Irritability, leg pain, and more in a long month of a boy's short life

June 1, 2004

His records convey that it's been a long and difficult four weeks of "decreased ambulation and increased irritability" for your new patient, a 3-year-old boy, that has led to his referral to the general pediatric service of your hospital for evaluation.


His records convey that it's been a long and difficult four weeks of "decreased ambulation and increased irritability" for your new patient, a 3-year-old boy, that has led to his referral to the general pediatric service of your hospital for evaluation. You promptly walk through available details: His mother reported that he had a "stomach virus" at the onset of symptoms, which lasted approximately two days. Axillary temperature during that time rose as high as 100° F, and he had episodes of vomiting without associated diarrhea. The rest of the family experienced similar symptoms. The boy was seen by his pediatrician, who offered a diagnosis of a viral syndrome and instructed the parents to administer ibuprofen for relief.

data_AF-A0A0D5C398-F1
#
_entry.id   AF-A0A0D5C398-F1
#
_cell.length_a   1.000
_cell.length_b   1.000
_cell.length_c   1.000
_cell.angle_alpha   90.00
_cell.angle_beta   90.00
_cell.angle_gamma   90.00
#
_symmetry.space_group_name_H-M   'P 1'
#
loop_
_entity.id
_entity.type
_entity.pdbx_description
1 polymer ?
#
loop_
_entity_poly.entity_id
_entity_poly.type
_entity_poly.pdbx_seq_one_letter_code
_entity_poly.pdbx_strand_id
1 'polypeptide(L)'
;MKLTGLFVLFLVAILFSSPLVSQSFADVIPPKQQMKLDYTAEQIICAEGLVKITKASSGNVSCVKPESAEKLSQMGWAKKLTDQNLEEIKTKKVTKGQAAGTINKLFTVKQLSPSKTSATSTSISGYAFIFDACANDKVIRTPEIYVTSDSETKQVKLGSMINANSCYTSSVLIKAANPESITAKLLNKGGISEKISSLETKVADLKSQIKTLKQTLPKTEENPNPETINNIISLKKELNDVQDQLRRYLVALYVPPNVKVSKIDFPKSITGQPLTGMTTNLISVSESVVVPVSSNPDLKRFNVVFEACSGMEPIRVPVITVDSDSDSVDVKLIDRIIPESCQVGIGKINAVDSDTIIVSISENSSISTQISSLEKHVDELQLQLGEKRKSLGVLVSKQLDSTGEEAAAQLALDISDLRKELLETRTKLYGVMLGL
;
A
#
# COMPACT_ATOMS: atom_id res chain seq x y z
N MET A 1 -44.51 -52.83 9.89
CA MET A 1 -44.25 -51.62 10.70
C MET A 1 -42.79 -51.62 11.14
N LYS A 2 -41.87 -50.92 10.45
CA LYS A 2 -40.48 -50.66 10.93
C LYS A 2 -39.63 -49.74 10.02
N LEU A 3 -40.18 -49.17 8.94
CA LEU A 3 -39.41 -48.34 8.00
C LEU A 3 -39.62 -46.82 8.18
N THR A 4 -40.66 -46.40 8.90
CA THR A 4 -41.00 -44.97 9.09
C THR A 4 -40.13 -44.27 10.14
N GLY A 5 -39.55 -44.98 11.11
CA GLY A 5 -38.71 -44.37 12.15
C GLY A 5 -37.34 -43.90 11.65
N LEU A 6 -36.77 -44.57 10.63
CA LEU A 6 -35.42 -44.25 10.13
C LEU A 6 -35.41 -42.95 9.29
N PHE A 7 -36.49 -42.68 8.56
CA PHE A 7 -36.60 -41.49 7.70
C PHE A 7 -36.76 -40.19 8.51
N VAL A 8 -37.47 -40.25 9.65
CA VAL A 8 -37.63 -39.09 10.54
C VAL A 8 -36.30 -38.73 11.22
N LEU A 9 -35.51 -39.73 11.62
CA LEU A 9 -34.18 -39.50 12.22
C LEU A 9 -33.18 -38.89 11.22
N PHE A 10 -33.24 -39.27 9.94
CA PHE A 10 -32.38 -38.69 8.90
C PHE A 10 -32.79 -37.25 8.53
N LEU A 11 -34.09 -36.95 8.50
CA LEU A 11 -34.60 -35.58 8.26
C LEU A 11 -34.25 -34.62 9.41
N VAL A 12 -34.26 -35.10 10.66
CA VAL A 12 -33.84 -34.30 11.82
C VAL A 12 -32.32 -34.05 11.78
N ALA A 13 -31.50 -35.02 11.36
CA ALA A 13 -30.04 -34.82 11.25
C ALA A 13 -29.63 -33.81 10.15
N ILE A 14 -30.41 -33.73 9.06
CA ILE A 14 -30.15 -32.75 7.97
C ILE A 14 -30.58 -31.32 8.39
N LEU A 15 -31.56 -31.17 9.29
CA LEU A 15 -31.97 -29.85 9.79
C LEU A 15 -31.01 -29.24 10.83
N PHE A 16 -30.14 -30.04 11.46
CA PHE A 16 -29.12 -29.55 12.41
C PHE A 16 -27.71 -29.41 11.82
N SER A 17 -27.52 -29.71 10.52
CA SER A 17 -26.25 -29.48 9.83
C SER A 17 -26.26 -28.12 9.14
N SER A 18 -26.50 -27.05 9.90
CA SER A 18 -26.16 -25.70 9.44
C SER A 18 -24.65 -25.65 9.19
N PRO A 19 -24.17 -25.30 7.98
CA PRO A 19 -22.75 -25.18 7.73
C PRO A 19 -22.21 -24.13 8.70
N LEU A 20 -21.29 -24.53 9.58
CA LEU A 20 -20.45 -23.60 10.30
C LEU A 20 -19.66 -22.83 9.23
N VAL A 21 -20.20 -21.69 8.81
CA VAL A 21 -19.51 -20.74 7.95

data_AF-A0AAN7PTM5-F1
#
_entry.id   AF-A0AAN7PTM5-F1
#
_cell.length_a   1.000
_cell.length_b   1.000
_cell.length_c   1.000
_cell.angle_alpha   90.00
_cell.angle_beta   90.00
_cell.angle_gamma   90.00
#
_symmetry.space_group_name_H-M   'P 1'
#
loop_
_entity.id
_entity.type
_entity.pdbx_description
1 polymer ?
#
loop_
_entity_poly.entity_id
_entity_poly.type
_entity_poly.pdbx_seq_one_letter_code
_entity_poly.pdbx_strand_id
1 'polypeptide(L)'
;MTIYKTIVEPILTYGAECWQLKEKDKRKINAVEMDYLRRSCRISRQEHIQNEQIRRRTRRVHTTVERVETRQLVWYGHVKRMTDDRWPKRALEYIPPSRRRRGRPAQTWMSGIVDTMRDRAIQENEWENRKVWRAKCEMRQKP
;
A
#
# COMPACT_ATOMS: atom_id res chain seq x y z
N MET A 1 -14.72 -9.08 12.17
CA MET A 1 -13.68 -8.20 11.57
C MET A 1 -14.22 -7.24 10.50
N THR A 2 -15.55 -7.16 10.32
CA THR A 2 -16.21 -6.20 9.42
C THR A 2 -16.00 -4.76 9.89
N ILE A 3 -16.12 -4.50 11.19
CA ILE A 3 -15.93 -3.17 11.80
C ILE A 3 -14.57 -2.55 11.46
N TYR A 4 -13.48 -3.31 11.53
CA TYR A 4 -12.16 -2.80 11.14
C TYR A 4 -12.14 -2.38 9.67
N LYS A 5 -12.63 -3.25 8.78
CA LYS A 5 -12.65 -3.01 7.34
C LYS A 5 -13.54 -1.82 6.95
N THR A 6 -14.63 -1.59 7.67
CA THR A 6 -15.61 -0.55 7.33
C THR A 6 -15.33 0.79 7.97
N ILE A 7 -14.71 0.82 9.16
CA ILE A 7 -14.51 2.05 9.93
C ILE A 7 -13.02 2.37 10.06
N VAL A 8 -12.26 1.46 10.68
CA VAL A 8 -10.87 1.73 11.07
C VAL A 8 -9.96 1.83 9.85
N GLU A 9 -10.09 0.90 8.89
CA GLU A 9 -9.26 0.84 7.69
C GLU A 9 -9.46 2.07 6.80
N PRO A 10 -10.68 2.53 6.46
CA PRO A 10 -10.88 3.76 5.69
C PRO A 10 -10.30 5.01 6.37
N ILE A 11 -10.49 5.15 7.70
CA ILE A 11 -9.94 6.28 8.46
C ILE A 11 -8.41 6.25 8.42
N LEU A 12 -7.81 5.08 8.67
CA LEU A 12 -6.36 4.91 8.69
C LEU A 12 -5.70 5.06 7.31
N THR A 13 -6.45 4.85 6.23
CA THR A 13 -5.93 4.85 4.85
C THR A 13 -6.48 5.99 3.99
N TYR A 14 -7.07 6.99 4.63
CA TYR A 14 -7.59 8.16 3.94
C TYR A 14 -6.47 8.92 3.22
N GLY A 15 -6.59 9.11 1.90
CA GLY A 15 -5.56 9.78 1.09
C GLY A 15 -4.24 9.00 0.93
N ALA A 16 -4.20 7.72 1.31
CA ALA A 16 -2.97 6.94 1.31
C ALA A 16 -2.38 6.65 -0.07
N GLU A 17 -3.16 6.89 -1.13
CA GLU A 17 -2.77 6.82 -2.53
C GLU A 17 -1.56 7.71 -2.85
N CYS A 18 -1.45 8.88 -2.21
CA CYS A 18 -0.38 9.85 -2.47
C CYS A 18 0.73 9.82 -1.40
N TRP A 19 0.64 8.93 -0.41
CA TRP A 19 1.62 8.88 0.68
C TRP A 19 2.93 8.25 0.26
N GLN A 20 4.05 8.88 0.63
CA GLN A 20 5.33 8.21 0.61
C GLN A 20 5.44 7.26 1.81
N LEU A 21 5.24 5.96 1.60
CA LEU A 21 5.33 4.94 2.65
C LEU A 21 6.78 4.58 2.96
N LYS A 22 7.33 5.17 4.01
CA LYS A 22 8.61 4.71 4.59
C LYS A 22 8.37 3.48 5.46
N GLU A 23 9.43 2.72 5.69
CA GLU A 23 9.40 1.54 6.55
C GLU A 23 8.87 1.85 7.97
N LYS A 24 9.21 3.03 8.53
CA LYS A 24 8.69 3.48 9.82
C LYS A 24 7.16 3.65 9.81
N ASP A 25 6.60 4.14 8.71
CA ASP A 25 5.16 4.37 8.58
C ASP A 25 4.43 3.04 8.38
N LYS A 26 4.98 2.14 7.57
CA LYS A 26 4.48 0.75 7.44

But the child grew progressively irritable, and then began to refuse to bear weight on either leg. Placed in a standing position by his parents, he would moan in pain as he attempted to walk. He continued to use his arms without difficulty, and to be talkative and interactive with his family—so long as he was seated.

The boy was taken again to the pediatrician, who ordered a complete blood count that revealed anemia but judged him otherwise healthy. Electrolytes were normal. The boy was placed on iron supplementation because of suspected iron deficiency anemia. His pain on walking subsided initially afterward, but later returned intermittently without associated symptoms or predisposing factors.

An unsettling turn

One week after symptoms first developed, the boy experienced two separate episodes of stiffening of the upper arms and legs, each lasting approximately two minutes, without associated clonus or nystagmus. He did not lose consciousness, and there was no postictal period. He was taken to the emergency room after the second episode, where a computed tomography (CT) scan of the head was negative. He was referred to the neurology clinic for further evaluation.